Data released by the Bureau of Labor Statistics (BLS) Friday show that the labor market strongly bounced back from the historic losses suffered over the previous two months. Pandemic-related job losses were concentrated in late March and early April while the April to May period showed growth of 2.5 million jobs.
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This shocked economic forecasters who expected another 8 million drop.
In short, we’ve seen the largest-ever monthly drop in employment, followed by the largest-ever increase in employment.
President Trump today called it a “rocket ship recovery” that’s even better than the most optimistic predictions of a V-shaped recovery.
How did this happen?
As I (and many economists) been arguing for the last 3 months, this is not a typical recession. It’s primarily created by customers avoiding stores and households being more cautious with their spending. But state- and city-mandated business closures to avoid the uncontrolled spread of COVID-19 were an important part, too.
To the extent that those lockdowns gave us the space to better understand the problem and avoid overwhelming the health care system, they helped. But there is good evidence that states which mandated lockdowns saw substantially larger increases in unemployment insurance claims than those which did not. However, it’s also worthwhile to say that states which saw larger initial outbreaks of COVID-19 would have been more likely to mandate business closures, so the two groups aren’t perfectly comparable without more rigorous analysis.
In short, the unexpected surge in employment comes from the fact that many states were cautiously ending their economic lockdowns during the same week that BLS surveyors were gathering data for the May jobs report. As more states end their lockdowns and data gathering for June occurs next week, we should see even more improvements next month.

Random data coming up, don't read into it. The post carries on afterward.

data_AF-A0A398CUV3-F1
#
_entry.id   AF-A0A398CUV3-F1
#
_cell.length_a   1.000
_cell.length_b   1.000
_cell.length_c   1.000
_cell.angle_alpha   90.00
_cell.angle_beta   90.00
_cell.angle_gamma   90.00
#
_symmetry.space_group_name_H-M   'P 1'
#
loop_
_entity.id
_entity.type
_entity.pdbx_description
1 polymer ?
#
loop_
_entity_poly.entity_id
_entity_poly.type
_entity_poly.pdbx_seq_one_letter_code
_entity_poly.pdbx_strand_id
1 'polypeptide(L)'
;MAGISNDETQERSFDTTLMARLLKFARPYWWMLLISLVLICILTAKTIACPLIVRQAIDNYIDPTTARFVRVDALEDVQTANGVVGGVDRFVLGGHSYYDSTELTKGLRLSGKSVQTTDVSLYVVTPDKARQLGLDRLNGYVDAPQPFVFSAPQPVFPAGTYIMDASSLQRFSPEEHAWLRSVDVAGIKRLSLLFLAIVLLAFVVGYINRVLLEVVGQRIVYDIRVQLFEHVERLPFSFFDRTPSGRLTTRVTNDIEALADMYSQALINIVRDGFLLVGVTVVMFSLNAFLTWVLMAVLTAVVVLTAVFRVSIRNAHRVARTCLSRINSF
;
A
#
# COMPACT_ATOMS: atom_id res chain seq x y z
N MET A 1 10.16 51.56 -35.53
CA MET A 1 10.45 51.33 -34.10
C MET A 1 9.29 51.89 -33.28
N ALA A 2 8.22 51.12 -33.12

However, there is one aspect of the jobs report that needs further explanation: the unemployment rate.
The headline unemployment rate dropped from 14.7 to 13.3 percent in May, but as the BLS acknowledged last month, it’s still incorrect. It doesn’t include the additional 4.9 million workers who were likely improperly counted as “employed, but absent from work.” Adding these workers into the unemployment rate would raise it to 16.1 percent.
However, not even this adjustment is sufficient to fully understand the impact of COVID-19, because the labor force has dropped by 6.3 million since February. Adding in these workers, who likely simply did not meet the definitional requirements of those who are counted as unemployed, suggests that the pre-pandemic equivalent unemployment rate is over 19 percent.
But even this is a substantial improvement over last month, when I estimated the pre-pandemic equivalent unemployment rate to be 23.5 percent.
We should celebrate the great news that the economic recovery is ahead of schedule. Even better, because most unemployed workers are only temporarily furloughed, rather than permanently laid off, we should see recovery from this recession proceed much faster than we’d normally expect.
But the depth of the economic hole that we’re in also matters, and we should temper our jubilation with the knowledge that it will take many months of similar economic gains to get back to where we were.
The journey will be long, but we’ve already started.
Michael D. Farren is a Research Fellow at the Mercatus Center at George Mason University.